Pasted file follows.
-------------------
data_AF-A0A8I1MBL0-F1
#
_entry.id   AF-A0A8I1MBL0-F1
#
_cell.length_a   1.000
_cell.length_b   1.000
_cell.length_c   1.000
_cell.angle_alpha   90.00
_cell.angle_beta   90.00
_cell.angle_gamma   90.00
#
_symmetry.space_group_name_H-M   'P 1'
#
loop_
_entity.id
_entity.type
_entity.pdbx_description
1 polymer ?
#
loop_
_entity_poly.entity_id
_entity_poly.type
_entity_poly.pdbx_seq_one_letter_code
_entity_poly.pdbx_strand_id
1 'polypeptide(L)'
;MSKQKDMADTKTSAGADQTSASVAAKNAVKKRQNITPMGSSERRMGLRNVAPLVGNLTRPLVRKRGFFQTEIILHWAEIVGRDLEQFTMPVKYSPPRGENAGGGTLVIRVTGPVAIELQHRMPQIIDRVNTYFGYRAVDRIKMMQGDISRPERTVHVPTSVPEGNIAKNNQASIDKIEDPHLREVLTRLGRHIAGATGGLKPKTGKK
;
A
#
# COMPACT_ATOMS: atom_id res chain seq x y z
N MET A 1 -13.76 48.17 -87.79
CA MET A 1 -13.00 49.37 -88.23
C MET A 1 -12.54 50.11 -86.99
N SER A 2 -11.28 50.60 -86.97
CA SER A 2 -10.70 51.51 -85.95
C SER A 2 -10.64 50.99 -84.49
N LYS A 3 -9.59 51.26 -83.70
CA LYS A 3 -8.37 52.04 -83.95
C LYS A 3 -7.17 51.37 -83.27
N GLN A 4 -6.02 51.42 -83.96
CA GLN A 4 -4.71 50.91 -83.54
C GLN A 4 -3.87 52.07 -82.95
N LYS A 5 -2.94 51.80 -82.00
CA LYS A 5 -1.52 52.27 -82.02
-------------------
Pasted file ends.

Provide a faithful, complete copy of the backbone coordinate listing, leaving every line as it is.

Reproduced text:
data_AF-A0A8I1MBL0-F1
#
_entry.id   AF-A0A8I1MBL0-F1
#
_cell.length_a   1.000
_cell.length_b   1.000
_cell.length_c   1.000
_cell.angle_alpha   90.00
_cell.angle_beta   90.00
_cell.angle_gamma   90.00
#
_symmetry.space_group_name_H-M   'P 1'
#
loop_
_entity.id
_entity.type
_entity.pdbx_description
1 polymer ?
#
loop_
_entity_poly.entity_id
_entity_poly.type
_entity_poly.pdbx_seq_one_letter_code
_entity_poly.pdbx_strand_id
1 'polypeptide(L)'
;MSKQKDMADTKTSAGADQTSASVAAKNAVKKRQNITPMGSSERRMGLRNVAPLVGNLTRPLVRKRGFFQTEIILHWAEIVGRDLEQFTMPVKYSPPRGENAGGGTLVIRVTGPVAIELQHRMPQIIDRVNTYFGYRAVDRIKMMQGDISRPERTVHVPTSVPEGNIAKNNQASIDKIEDPHLREVLTRLGRHIAGATGGLKPKTGKK
;
A
#
# COMPACT_ATOMS: atom_id res chain seq x y z
N MET A 1 -13.76 48.17 -87.79
CA MET A 1 -13.00 49.37 -88.23
C MET A 1 -12.54 50.11 -86.99
N SER A 2 -11.28 50.60 -86.97
CA SER A 2 -10.70 51.51 -85.95
C SER A 2 -10.64 50.99 -84.49
N LYS A 3 -9.59 51.26 -83.70
CA LYS A 3 -8.37 52.04 -83.95
C LYS A 3 -7.17 51.37 -83.27
N GLN A 4 -6.02 51.42 -83.96
CA GLN A 4 -4.71 50.91 -83.54
C GLN A 4 -3.87 52.07 -82.95
N LYS A 5 -2.94 51.80 -82.00
CA LYS A 5 -1.52 52.27 -82.02